An estimated 935,000 were affected by a water main burst at the Great Lakes Water Authority’s Lake Huron facility.
The GLWA is working to isolate a break in the 120-inch water transmission line; the largest in the regional water distribution system. The leak was found in the early hours of Saturday morning.
The location of the leak was found about a mile west of GLWA’s Lake Huron Water Treatment Facility. Firefighters are isolating the area so they can begin repairs.
Update: GLWA lowers advice on boiling water for 13 communities after water supply cut
Emergency connections to other pipes in the system will be opened once the leak is isolated, the GLWA said.
Boiling water precautions have been issued for the following affected communities:
- The village of Almont
- City of Auburn Hills
- Bruce Township
- Burtchville Township
- Chesterfield Township
- Clinton Township
- City of Flint
- Flint Township
- City of Imlay City
- City of Lapeer
- Lenox Township
- Macomb Township
- Mayfield Township
- Village of New Haven
- Municipality of Orion
- City of Pontiac
- City of Rochester
- City of Rochester Hills
- Shelby Township
- City of Sterling Heights
- City of Trojan
- City of Utica
- Washington Township
As of Saturday, 3:30 p.m., the following communities were removed from the preventive boil water advisory: Clinton Township, Flint, Flint Township, Rochester Hills, Pontiac, Auburn Hills, Orion Township, Utica, Troy, Sterling Heights and Lapeer.
“Based on further review of GLWA’s water pressure data, it does not appear that water pressure in these communities has fallen below the 20psi threshold prior to promulgating a cooking water advisory,” GLWA said in a statement.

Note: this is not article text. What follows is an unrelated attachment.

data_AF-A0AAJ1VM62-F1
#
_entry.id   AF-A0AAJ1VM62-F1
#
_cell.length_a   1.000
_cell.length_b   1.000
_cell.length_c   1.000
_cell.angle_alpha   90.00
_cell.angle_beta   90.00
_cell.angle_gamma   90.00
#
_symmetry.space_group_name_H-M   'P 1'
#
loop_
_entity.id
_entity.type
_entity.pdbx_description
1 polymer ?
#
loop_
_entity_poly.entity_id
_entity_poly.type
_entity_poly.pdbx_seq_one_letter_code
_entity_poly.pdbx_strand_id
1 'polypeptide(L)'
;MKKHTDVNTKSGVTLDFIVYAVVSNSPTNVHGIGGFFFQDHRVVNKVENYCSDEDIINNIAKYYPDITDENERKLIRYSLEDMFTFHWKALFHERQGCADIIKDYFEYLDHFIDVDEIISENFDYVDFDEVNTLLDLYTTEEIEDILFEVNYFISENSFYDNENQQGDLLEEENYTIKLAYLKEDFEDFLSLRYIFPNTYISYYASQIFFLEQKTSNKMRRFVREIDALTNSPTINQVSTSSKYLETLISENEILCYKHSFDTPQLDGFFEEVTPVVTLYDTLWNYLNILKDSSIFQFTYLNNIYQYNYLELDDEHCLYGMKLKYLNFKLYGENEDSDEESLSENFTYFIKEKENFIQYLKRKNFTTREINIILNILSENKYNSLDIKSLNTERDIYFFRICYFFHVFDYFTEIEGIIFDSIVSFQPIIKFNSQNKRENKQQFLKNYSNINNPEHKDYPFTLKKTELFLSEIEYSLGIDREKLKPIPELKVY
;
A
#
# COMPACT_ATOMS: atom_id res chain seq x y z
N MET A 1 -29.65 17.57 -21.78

According to GLWA, the city of Romeo has been added to the precautionary advice for boiling water.
Residents covered by the Boiling Water Advice should not drink water without boiling it for at least a minute and then letting it cool, the GLWA said. According to the advice, boiled, bottled or disinfected water should be used for drinking, making ice, washing dishes, brushing teeth and preparing food until further notice.
Whenever a water system loses pressure for an extended period of time, precautions are recommended, as a loss of pressure can lead to bacterial contamination in the water system,” the GLWA said. “Bacteria are generally not harmful and are common in our environment. Boiling water before using it kills bacteria and other organisms living in the water.”
The cause of the water main break is still under investigation.
Updates will be provided as information becomes available.
For more information, contact the Great Lakes Water Authority at [email protected] or by calling (313) 926-8192 or (313) 926-8128. General guidelines on ways to reduce the risk of infection from microbes are available from the EPA Safe Drinking Water Hotline at 1(800) 426-4791.
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